All Articles in the Category ‘Announcements’

COVID-19 Update: March 7, 2020

We know this is a rapidly changing situation and we will continue to provide updated information about how Seattle Children’s is preparing and managing COVID-19, and how we can support primary care providers.

Are there any changes to Seattle Children’s outpatient radiology services?

We are continuing to offer a full range of imaging services including walk-in diagnostic outpatient x-ray in Bellevue, Federal Way, Everett, and Seattle. All families will be asked a series of screening questions before they enter the building. Families who present with respiratory symptoms or influenza-like illness will be put in strict isolation. We may consider less investigative studies when applicable.

When should PCPs send patients to Seattle Children’s Emergency Department (or not)?

Please only send your patients to Seattle Children’s Emergency Department if they are sufficiently ill to need emergent treatment (i.e. they meet criteria for being admitted). Please call our ED Communications Center first at 206-987-8899.

Patients with non-emergent respiratory symptoms and concern for COVID-19 should call Public Health – Seattle & King County and quarantine at home.

Who is being tested for COVID-19?

Current capacity for testing is limited. Ambulatory or admitted patients qualify for testing if they meet the current CDC definition of PUI, which currently (as of 3/4/20) includes relevant travel exposure, contact with a known COVID case, and those admitted with fever and lower respiratory tract infection. Results typically take between 24 to 48 hours.

Is Seattle Children’s able to test for COVID-19?

The viral respiratory panel used at Seattle Children’s does not detect COVID-19. We are sending our COVID-19 panels to the University of Washington for testing and receiving results back in 24-48 hours.  Current capacity is limited.

COVID-19 testing is available only for our inpatients with respiratory symptoms and patients who meet the CDC testing criteria. 

For more information, read our complete FAQ for providers.

Additional Resources

If your patient has questions or is concerned about COVID-19, please refer to these resources from Washington State Department of Health:

For additional information to support families, see:

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COVID-19: News from Seattle Children’s – March 4, 2020

PCPs Play a Critical Role in Pandemic Response

Seattle Children’s anticipates a massive response will be required by healthcare providers on all fronts to respond to COVID-19. Hospitals, ERs and urgent cares will be strained to capacity to treat the sickest patients; their ability to keep up and save lives will depend in large part on primary care providers having capacity and resources to treat less acute patients throughout our communities.

What you can do:

  • Prepare your clinics immediately to see low acuity respiratory patients.
    • Divide your flow so that patients with and without respiratory symptoms are seen in separate spaces.
    • Consider a front door v. back door check in process.
    • Consider seeing symptomatic kids in their cars and/or asking them to remain in cars until a room is ready for them.
    • Be creative in this crisis situation to minimize in-person patient visits for suspected COVID; use phones, video apps, etc. to see patients and help limit the spread of the virus.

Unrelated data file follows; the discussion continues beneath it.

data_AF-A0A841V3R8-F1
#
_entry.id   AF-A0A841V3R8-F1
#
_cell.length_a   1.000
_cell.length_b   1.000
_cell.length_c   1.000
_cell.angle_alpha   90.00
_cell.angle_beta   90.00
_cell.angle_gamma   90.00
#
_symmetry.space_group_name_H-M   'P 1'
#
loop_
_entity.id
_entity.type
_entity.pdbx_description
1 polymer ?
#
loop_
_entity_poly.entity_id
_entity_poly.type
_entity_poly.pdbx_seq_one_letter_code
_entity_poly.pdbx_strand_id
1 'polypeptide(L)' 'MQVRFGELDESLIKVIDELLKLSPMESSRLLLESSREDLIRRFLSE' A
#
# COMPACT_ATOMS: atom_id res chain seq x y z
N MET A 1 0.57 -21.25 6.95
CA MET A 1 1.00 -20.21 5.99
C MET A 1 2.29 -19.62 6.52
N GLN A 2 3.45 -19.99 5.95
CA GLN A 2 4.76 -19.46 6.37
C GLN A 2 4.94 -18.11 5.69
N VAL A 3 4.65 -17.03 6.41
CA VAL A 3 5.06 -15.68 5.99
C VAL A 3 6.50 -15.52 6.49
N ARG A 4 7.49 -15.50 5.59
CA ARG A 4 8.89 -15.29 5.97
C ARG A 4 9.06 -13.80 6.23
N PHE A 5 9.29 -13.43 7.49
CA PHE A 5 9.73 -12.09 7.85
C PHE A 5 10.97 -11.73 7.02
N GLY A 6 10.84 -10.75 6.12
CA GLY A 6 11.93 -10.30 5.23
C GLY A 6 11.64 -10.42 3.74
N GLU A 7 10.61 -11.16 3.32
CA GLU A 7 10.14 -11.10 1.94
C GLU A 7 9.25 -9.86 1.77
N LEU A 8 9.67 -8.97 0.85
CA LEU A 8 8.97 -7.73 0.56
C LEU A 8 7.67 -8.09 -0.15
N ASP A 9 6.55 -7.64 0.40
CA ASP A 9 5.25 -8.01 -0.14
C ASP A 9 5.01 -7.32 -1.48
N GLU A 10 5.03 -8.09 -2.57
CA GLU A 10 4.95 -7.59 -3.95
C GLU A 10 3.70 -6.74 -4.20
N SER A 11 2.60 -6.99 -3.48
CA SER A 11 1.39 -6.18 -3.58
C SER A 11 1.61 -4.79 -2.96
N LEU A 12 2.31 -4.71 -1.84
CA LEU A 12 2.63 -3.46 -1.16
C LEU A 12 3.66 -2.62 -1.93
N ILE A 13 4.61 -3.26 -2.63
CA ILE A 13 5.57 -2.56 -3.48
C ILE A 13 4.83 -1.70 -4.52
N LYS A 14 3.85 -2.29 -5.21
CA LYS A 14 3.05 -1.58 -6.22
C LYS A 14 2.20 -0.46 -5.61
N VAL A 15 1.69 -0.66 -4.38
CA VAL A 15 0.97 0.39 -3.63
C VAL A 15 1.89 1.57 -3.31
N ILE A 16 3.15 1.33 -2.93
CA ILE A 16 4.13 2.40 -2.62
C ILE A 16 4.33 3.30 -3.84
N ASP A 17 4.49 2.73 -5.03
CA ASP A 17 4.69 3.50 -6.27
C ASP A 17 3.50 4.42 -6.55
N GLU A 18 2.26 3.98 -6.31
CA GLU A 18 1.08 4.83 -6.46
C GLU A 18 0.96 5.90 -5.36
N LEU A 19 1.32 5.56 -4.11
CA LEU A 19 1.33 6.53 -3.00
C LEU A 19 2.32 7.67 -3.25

• Do not automatically redirect patients with respiratory symptoms to urgent care or emergency departments. Manage as much patient care as possible without sending patients to urgent care or the ED.
  • If you experience an increased demand for respiratory visits, consider canceling planned non-urgent patient visits, such as well-child care. Limit well-child appointments to immunizations only, to free up appointments for respiratory patients.
  • Isolate non-emergent respiratory patients with quarantine at home.
  • Consider coordinating with other clinics to become a larger outpatient system for triaging and managing patients.
  • Focus now on procuring the personal protective equipment (PPE) needed by your staff, including gloves, masks, eye shields or goggles (not eyeglasses), and gowns.
  • Stay up-to-date on the CDCs guidance on evaluating and reporting Persons Under Investigation (PUI).

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New Referral Guidelines and PCP Resources from Neurosciences Center

New referral guidelines are now available from Seattle Children’s Neurosciences Center, along with new resources to help manage patients with tic and headache in primary care.

The current wait time for new patients with non-urgent headache or tic is about 3 months. As Seattle Children’s continues its effort to improve access to specialty care for children who most need it, the headache and tic resources from Neurosciences are intended to help patients with these conditions find appropriate care with their primary physician and avoid the longer waits to see a specialist.

Please visit the Neurosciences “Refer a Patient” webpage.     Read full post »

ORs Re-Opened

As announced last week in a special Provider News bulletin, Seattle Children’s has re-opened the operating rooms (ORs) on the hospital campus that were previously closed for installation of a new air handling system and in-room HEPA filtration systems in each OR. We are taking a thoughtful approach to rescheduling surgeries that were postponed due to the closure, including reviewing surgeries on a daily basis to assess urgency and priority.

For surgery referrals, please follow our normal referral process. Read full post »

New Pharmacy Hours at Seattle Children’s: 24/7

Ocean Pharmacy Now Open 24 Hours